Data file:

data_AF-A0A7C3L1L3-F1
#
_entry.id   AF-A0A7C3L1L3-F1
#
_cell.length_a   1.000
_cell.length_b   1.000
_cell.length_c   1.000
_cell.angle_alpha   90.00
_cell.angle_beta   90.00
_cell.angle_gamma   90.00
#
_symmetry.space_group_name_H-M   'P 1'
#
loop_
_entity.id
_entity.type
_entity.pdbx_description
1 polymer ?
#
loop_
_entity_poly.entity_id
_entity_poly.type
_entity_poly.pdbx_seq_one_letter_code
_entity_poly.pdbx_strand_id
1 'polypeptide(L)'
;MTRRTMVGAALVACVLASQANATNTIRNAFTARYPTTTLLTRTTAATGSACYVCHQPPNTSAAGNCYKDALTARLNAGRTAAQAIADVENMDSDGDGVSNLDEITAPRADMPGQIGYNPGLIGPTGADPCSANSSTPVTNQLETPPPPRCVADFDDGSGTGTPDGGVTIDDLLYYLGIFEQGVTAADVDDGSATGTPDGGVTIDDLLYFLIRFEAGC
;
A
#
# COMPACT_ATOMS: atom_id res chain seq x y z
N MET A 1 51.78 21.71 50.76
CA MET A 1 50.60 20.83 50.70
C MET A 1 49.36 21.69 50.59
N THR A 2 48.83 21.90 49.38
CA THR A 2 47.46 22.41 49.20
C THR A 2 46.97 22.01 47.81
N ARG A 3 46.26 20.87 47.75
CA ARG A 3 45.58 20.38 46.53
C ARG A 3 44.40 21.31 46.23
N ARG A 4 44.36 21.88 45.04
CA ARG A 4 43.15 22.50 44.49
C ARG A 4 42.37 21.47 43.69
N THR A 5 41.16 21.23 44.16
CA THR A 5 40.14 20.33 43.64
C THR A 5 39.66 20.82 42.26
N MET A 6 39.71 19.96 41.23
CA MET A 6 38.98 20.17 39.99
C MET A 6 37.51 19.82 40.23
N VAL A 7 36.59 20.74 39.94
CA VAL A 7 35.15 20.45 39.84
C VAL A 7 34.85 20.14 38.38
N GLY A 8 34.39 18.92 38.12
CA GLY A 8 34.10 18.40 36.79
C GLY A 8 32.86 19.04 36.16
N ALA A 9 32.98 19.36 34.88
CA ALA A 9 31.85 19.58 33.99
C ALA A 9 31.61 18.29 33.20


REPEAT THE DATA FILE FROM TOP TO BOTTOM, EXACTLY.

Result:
data_AF-A0A7C3L1L3-F1
#
_entry.id   AF-A0A7C3L1L3-F1
#
_cell.length_a   1.000
_cell.length_b   1.000
_cell.length_c   1.000
_cell.angle_alpha   90.00
_cell.angle_beta   90.00
_cell.angle_gamma   90.00
#
_symmetry.space_group_name_H-M   'P 1'
#
loop_
_entity.id
_entity.type
_entity.pdbx_description
1 polymer ?
#
loop_
_entity_poly.entity_id
_entity_poly.type
_entity_poly.pdbx_seq_one_letter_code
_entity_poly.pdbx_strand_id
1 'polypeptide(L)'
;MTRRTMVGAALVACVLASQANATNTIRNAFTARYPTTTLLTRTTAATGSACYVCHQPPNTSAAGNCYKDALTARLNAGRTAAQAIADVENMDSDGDGVSNLDEITAPRADMPGQIGYNPGLIGPTGADPCSANSSTPVTNQLETPPPPRCVADFDDGSGTGTPDGGVTIDDLLYYLGIFEQGVTAADVDDGSATGTPDGGVTIDDLLYFLIRFEAGC
;
A
#
# COMPACT_ATOMS: atom_id res chain seq x y z
N MET A 1 51.78 21.71 50.76
CA MET A 1 50.60 20.83 50.70
C MET A 1 49.36 21.69 50.59
N THR A 2 48.83 21.90 49.38
CA THR A 2 47.46 22.41 49.20
C THR A 2 46.97 22.01 47.81
N ARG A 3 46.26 20.87 47.75
CA ARG A 3 45.58 20.38 46.53
C ARG A 3 44.40 21.31 46.23
N ARG A 4 44.36 21.88 45.04
CA ARG A 4 43.15 22.50 44.49
C ARG A 4 42.37 21.47 43.69
N THR A 5 41.16 21.23 44.16
CA THR A 5 40.14 20.33 43.64
C THR A 5 39.66 20.82 42.26
N MET A 6 39.71 19.96 41.23
CA MET A 6 38.98 20.17 39.99
C MET A 6 37.51 19.82 40.23
N VAL A 7 36.59 20.74 39.94
CA VAL A 7 35.15 20.45 39.84
C VAL A 7 34.85 20.14 38.38
N GLY A 8 34.39 18.92 38.12
CA GLY A 8 34.10 18.40 36.79
C GLY A 8 32.86 19.04 36.16
N ALA A 9 32.98 19.36 34.88
CA ALA A 9 31.85 19.58 33.99
C ALA A 9 31.61 18.29 33.20